MPP Proudly Recognizes Black History Month

Feb 16, 2021

ACLU, African Americans, Black Americans, Black history, Black History Month, Black-owned Businesses, cannabis industry, cannabis prohibition, communities of color, criminal justice reform, February, racism, systemic racism

MPP Proudly Recognizes Black History Month

MPP proudly commemorates Black History Month. As we honor the history and achievements of Black Americans, we must also seek to advance policies that address systemic racism and reform our criminal justice system. That includes ending cannabis prohibition.

For decades, cannabis prohibition and its disparate enforcement have had a devastating impact on communities of color. Cannabis prohibition has been used to target and criminalize Black and brown folks, waste taxpayer money, and fuel the mass incarceration crisis. Even though Black and white Americans use cannabis at the same rates, Black Americans are much more likely to be criminalized for simple possession.

MPP is committed to ending the racist policies of prohibition and to legalizing cannabis equitably. We encourage you to support Black-owned businesses and engage with racial and social justice-minded organizations in the cannabis sphere. Let's honor Black History Month by learning from the past and investing in a fairer, more equitable future for Black Americans. 

History of Racism in Cannabis Prohibition

Some resources that detail the history of racism in our cannabis laws. 


Black-owned Businesses in the Cannabis Industry

Be a conscious cannabis consumer — support Black and Brown entrepreneurs and communities!

In partnership with ALMOSTCONSULTING, Cannaclusive has developed InclusiveBase — a comprehensive list of Black- and minority-owned cannabis businesses across the United States. InclusiveBase is a great resource that amplifies people of color who are leading the way in the cannabis renaissance.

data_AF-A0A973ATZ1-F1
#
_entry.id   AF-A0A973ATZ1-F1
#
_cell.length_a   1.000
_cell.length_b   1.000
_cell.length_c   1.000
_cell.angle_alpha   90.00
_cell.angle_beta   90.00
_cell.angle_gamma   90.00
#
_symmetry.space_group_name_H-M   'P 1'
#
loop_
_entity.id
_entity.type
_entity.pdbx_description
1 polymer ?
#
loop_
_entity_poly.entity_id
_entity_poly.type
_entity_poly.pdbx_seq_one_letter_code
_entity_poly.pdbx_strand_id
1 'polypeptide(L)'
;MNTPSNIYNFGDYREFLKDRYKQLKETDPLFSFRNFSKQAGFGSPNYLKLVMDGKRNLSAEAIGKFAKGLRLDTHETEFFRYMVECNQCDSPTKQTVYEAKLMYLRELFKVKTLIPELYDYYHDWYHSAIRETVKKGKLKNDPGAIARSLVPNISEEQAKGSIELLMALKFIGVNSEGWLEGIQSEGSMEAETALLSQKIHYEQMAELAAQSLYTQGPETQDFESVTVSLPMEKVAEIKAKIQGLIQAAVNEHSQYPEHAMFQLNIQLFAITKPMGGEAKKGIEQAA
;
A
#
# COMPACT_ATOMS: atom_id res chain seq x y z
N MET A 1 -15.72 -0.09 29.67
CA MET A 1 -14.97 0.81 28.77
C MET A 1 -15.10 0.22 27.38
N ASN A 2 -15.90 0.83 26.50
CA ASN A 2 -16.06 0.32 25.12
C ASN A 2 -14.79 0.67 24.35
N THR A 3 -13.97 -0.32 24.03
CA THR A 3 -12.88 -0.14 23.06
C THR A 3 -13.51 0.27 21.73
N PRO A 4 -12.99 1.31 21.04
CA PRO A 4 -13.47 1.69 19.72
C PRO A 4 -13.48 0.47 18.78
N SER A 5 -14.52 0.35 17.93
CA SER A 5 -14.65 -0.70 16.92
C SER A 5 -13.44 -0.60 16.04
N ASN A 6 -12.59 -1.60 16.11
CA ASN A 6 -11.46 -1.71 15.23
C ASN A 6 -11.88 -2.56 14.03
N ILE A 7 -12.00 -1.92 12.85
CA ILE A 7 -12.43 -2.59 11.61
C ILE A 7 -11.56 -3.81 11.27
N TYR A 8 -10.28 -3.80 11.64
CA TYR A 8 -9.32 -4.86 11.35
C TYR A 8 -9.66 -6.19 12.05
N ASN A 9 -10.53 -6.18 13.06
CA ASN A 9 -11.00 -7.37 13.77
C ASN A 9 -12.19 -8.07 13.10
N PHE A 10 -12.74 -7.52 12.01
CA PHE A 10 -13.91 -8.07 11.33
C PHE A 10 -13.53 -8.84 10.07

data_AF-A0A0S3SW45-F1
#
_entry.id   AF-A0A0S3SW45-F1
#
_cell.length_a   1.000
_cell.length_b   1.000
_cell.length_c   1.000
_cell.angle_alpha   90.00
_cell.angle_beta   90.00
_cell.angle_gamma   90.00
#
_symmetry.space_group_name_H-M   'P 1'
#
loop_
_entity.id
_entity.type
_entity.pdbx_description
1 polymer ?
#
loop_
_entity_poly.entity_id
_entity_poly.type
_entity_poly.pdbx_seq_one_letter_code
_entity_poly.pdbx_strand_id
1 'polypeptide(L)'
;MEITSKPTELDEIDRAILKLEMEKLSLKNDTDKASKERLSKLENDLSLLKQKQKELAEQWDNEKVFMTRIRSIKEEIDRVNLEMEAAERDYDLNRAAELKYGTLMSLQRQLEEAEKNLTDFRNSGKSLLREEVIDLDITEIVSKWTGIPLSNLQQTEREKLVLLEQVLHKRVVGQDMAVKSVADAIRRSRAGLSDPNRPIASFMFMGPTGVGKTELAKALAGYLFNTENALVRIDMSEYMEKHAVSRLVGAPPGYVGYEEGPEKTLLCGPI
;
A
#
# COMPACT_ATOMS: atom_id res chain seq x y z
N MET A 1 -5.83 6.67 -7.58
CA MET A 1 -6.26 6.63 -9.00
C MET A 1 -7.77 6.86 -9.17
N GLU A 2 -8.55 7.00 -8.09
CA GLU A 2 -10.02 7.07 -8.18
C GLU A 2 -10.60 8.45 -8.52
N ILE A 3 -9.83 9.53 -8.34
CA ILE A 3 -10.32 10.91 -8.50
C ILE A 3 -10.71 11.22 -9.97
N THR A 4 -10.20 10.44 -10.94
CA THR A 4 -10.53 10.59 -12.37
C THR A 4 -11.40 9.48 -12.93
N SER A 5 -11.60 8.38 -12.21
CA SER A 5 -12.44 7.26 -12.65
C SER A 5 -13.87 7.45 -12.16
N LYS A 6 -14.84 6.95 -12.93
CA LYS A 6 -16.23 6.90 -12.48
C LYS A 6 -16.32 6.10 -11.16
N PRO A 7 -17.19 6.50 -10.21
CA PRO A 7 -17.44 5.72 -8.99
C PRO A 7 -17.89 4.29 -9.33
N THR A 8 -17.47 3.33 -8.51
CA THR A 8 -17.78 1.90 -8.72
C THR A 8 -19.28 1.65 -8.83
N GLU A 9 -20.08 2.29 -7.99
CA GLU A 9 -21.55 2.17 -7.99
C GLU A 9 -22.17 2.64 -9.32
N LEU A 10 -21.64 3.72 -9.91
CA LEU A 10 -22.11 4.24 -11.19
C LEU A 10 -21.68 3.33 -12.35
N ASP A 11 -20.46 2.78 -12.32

Check out InclusiveBase here.

Black History in the Making

A spotlight on 10 Black advocates and entrepreneurs making history in the cannabis movement.

Major Neill Franklin, Ret.

A 34-year law enforcement veteran and former executive director of the Law Enforcement Action Partnership (LEAP), Major Franklin witnessed firsthand the counterproductive nature of the war on drugs. Franklin’s experiences as a police commander revealed the futility of addressing drugs and drug use through a criminal justice framework, leading him to become a top advocate for criminal justice and drug policy reform.

Hope Wiseman

As the founder of Mary & Main, Wiseman is the youngest Black woman dispensary owner in the United States. She also established Maryland Grown Medicine, a 100-percent minority-owned business, through which she hopes to bring jobs to communities negatively affected by the war on drugs.

Toi Hutchinson

Hutchinson is a former state senator who was a leader in passing the bill that legalized cannabis in Illinois — with an unprecedented focus on equity and criminal justice reform. Hutchinson was then named Illinois’ cannabis czar to oversee the state’s adult-use program, and she now acts as Gov. J.B. Pritzker's senior marijuana adviser.

Kareem Kenyatta

Kenyatta is a co-founder of the Majority Minority Group, a values-driven company with the mission to leverage the opportunity in cannabis to create more minority-owned businesses. While lobbying on behalf of adult-use cannabis in Illinois, Kareem and his partner realized that cannabis legalization is not just an issue of racial and social justice but also a business imperative that people of color should and must participate in.

Al Harrigton

Former NBA forward turned CEO of cannabis company Viola Brands, Harrington is on a mission to turn 100 Black individuals into millionaires using the cannabis sector.

Amber E. Senter

Senter is founder and CEO of Breeze Distro, a distributor of high quality cannabis products, and founder of Supernova Women, an advocacy group that provides spaces and resources to women of color in the cannabis industry.

Dr. Rachel Knox, MD, MBA

Dr. Knox is an Endocannabinologist and certified Cannabinoid Medicine Specialist who received her medical and business degrees from Tufts University after completing her undergraduate studies at Duke. Dr. Knox sits on the board of Doctors for Cannabis Regulation, where she advances cannabis policy reform particularly as it relates to achieving health equity for our most vulnerable populations.